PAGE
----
quasi-moralistically

moralist

[mawr-uh-list, mor-]
noun
1.
a person who teaches or inculcates morality.
2.
a philosopher concerned with the principles of morality.
3.
a person who practices morality.
4.
a person concerned with regulating the morals of others, as by imposing censorship.

Origin:
1615–25; moral + -ist

moralistic, adjective
moralistically, adverb
antimoralist, noun, adjective
antimoralistic, adjective
overmoralistic, adjective
pseudomoralistic, adjective
quasi-moralistic, adjective
quasi-moralistically, adverb
semimoralistic, adjective
unmoralistic, adjective
Dictionary.com Unabridged
Based on the Random House Dictionary, © Random House, Inc. 2014.
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World English Dictionary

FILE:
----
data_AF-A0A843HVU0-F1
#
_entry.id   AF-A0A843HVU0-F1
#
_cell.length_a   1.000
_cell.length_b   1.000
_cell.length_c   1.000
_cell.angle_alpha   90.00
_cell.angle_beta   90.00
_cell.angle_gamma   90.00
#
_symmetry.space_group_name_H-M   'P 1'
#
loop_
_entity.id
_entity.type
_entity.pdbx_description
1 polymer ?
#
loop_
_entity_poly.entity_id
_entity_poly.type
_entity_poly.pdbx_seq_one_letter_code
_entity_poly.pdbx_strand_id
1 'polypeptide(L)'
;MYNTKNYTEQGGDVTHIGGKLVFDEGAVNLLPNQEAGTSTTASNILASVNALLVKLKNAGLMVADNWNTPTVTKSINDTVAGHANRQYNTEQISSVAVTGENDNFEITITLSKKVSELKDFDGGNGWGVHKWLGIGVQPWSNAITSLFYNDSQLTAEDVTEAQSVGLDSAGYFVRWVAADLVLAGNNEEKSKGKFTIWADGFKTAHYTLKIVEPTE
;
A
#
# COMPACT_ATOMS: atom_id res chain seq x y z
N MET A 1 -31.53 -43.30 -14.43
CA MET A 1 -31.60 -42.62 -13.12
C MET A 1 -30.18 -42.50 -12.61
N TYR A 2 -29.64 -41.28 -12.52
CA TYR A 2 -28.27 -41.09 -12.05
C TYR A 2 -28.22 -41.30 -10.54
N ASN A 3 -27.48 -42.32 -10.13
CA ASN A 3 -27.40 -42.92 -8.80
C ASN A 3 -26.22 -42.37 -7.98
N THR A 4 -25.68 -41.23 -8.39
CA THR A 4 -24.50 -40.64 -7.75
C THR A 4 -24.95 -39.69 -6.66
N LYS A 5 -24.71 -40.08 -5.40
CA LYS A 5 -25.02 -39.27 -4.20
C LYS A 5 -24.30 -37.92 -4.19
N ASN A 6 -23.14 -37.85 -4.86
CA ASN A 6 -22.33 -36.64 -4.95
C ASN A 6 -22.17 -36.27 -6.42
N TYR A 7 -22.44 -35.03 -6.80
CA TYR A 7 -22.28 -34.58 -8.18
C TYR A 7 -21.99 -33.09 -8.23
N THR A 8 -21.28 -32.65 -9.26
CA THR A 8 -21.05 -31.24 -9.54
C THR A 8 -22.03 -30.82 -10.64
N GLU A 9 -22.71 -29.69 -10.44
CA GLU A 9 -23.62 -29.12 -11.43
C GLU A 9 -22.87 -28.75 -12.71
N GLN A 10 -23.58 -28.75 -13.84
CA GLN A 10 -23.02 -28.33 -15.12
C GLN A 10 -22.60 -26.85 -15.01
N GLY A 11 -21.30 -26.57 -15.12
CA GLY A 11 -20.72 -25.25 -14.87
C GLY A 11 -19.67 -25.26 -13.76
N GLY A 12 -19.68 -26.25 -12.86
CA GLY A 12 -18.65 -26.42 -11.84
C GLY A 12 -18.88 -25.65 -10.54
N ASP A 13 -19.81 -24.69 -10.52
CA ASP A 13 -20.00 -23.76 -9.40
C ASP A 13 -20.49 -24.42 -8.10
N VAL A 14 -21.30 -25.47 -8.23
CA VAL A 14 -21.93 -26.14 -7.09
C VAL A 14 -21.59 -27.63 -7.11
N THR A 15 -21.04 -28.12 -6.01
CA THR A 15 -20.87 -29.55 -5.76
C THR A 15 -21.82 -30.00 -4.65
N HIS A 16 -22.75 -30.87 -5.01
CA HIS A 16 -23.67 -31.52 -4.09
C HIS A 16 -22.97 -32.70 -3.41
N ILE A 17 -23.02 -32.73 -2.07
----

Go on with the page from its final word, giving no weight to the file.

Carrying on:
moralist (ˈmɒrəlɪst)
 
n
1.  a person who seeks to regulate the morals of others or to imbue others with a sense of morality
2.  a person who lives in accordance with moral principles
3.  a philosopher who is concerned with casuistic discussions of right action, or who seeks a general characterization of right action, often contrasted with a moral philosopher whose concern is with general philosophical questions about ethics
 
moral'istic
 
adj
 
moral'istically
 
adv

Collins English Dictionary - Complete & Unabridged 10th Edition
2009 © William Collins Sons & Co. Ltd. 1979, 1986 © HarperCollins
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Etymonline
Word Origin & History

moralist
"teacher of morals," 1630s, from moral + -ist.
Online Etymology Dictionary, © 2010 Douglas Harper
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